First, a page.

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Disclosures: The authors report no relevant financial disclosures.
January 05, 2022
1 min read

LV global longitudinal strain may predict poor outcomes in COVID-19

Disclosures: The authors report no relevant financial disclosures.
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Left ventricular global longitudinal strain predicted death and respiratory failure in patients hospitalized with COVID-19, researchers reported in the American Journal of Cardiology.

Michele Bevilacqua, MD, internal medicine resident at University Hospital of Verona, Italy, and colleagues analyzed 87 patients with COVID-19 admitted to University Hospital of Verona who had a complete echocardiography examination within 72 hours of admission.

Scanning electron microscope image shows SARS-CoV-2 (yellow)—also known as 2019-nCoV, the virus that causes COVID-19.
Source: Adobe Stock.

The primary outcome, mechanical ventilation by orotracheal intubation and/or mortality, occurred in 14 patients, whereas the secondary outcome, severe acute respiratory distress syndrome, defined as worsening respiratory function as indicated by a partial pressure of oxygen to fraction of inspired oxygen ratio of less than 100, occurred in 24 patients, the researchers wrote.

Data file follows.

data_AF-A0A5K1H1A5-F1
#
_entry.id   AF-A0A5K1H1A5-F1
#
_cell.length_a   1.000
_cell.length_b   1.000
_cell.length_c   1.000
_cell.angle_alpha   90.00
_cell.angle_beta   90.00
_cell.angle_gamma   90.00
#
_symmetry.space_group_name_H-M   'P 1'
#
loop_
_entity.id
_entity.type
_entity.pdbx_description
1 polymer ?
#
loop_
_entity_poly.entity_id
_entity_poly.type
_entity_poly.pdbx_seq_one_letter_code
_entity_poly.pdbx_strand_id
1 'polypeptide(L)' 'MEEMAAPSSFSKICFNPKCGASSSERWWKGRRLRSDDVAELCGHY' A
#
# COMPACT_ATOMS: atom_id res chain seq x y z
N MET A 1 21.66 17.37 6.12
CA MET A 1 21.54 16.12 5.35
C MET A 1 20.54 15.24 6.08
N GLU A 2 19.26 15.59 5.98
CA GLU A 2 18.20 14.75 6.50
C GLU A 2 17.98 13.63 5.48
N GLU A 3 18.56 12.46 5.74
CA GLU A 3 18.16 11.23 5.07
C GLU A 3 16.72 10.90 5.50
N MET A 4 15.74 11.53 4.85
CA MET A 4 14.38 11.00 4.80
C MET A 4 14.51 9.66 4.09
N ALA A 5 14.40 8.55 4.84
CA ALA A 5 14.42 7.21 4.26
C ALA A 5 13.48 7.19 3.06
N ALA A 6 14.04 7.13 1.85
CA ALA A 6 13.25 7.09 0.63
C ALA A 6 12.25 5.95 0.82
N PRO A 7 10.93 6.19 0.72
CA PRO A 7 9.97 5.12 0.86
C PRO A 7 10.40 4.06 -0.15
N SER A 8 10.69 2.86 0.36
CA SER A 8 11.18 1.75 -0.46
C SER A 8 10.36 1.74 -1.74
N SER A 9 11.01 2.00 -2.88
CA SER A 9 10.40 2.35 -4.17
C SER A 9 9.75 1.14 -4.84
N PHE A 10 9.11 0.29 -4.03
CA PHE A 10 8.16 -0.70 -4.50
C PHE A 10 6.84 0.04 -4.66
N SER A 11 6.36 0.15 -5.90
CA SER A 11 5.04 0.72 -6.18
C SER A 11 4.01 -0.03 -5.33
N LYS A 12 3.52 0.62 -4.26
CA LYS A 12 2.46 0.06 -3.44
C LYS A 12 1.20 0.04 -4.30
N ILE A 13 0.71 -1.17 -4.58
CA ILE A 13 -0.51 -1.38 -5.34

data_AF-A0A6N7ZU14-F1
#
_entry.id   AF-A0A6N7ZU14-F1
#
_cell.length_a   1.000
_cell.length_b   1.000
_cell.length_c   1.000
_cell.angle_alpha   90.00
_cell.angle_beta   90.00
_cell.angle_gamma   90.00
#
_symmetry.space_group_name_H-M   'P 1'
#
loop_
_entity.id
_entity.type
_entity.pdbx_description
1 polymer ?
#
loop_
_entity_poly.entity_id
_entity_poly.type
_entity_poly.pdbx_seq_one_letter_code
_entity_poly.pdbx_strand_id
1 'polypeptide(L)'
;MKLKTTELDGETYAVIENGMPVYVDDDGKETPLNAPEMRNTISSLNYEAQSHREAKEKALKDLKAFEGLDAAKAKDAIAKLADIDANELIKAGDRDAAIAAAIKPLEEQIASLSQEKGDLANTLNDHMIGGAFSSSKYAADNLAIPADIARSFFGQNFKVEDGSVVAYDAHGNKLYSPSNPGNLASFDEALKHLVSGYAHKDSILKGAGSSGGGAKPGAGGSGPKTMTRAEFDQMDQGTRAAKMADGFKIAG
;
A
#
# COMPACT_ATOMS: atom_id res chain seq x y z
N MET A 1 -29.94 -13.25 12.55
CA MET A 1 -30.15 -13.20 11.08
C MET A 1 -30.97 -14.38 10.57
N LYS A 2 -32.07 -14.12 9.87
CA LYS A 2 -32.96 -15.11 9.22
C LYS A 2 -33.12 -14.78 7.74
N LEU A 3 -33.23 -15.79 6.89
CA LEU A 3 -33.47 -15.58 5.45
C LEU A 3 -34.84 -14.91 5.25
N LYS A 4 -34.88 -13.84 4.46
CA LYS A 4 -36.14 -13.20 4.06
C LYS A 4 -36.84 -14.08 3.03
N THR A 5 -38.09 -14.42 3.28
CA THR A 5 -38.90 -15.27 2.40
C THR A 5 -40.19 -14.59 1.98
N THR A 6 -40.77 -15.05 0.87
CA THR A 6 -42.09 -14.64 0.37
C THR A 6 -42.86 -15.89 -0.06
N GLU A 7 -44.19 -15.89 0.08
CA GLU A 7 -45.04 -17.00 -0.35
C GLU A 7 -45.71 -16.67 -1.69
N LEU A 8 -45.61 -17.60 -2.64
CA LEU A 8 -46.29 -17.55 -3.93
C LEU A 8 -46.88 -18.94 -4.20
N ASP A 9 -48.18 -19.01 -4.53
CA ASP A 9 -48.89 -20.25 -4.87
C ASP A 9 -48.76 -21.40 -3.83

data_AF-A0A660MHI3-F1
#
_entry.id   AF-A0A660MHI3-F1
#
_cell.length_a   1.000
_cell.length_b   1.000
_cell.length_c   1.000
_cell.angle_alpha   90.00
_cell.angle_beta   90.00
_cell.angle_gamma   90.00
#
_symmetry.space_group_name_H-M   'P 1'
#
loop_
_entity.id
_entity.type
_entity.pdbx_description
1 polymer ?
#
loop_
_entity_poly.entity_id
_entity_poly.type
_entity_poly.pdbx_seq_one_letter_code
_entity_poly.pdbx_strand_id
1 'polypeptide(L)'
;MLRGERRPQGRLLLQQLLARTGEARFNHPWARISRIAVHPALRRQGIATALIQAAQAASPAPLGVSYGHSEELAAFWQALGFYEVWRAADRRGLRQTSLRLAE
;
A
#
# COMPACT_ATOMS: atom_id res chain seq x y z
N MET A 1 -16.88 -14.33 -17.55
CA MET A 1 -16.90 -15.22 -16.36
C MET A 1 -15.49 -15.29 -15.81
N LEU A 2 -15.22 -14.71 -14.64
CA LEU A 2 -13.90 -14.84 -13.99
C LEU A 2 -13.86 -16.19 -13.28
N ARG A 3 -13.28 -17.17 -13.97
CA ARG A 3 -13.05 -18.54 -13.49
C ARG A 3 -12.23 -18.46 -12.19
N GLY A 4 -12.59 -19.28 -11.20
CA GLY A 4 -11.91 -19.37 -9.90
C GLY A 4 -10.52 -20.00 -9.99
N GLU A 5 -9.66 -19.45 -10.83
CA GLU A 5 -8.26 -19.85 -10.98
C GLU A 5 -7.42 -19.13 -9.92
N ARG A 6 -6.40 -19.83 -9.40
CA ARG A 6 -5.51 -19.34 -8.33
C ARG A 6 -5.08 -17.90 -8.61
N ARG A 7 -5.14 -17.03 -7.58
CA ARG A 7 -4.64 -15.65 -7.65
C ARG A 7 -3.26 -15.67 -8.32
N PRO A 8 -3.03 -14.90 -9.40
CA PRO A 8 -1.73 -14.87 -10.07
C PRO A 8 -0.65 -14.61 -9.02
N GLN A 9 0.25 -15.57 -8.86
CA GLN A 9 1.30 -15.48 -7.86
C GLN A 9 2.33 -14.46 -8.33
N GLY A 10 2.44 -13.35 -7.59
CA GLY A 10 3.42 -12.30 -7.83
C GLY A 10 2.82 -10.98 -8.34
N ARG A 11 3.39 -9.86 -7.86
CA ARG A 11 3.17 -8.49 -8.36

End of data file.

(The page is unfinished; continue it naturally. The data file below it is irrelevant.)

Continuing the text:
After the researchers adjusted for risk factors and considered LV global longitudinal strain as a continuous variable, they found LV global longitudinal strain was associated with the secondary outcome (adjusted HR = 1.48; 95% CI, 1.18-1.88; P = .001) and the primary outcome (aHR = 1.63; 95% CI, 1.13-2.38; P = .012).

Having LV global longitudinal strain of at least –16.1% was independently associated with risk for severe acute respiratory distress syndrome (HR = 4; 95% CI, 1.4-11.1; P = .008) and death or orotracheal intubation (HR = 7.3; 95% CI, 1.6-34.1; P = .024), according to the researchers.

“LV global longitudinal strain measured at the moment of admission was a strong predictor of respiratory failure and mortality,” Bevilacqua and colleagues wrote. “Although troponin is a good biomarker of myocardial injury, in our study troponin was not a predictor of mortality.

Thus, it remains to be determined whether SARS-CoV-2 affects the myocardium directly or the cardiac impairment is related to the systemic consequences of COVID-19. It has been demonstrated that systemic inflammation increases the metabolic demand, leading to cardiac stress. Our findings suggest that cardiac damage is preferentially associated with LV longitudinal fibers dysfunction because of the inflammatory process, rather than ischemic stress.”